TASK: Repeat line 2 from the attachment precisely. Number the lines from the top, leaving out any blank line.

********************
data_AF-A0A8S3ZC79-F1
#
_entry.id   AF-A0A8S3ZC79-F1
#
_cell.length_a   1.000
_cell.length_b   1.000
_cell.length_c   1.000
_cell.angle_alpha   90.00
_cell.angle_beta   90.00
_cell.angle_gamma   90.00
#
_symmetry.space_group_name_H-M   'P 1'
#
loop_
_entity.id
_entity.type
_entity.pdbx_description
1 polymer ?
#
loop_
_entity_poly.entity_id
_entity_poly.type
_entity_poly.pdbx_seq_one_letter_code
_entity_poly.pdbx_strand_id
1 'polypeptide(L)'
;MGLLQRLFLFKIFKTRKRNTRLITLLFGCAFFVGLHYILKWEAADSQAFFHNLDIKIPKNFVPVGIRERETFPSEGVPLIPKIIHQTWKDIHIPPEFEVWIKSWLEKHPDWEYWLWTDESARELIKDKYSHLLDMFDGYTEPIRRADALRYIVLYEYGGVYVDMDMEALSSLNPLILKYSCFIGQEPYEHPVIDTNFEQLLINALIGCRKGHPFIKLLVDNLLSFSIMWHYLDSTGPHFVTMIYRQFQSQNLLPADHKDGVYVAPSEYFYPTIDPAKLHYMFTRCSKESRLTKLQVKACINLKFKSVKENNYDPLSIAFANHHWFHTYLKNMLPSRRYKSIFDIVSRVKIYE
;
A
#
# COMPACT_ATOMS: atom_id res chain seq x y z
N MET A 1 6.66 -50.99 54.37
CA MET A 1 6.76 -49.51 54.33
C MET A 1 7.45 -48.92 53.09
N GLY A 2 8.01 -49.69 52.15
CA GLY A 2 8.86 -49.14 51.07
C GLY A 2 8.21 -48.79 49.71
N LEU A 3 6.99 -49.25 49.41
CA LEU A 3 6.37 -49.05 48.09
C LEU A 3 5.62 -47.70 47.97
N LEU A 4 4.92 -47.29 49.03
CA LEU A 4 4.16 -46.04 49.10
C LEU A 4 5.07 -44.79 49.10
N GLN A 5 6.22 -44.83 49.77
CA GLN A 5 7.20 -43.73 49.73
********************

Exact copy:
#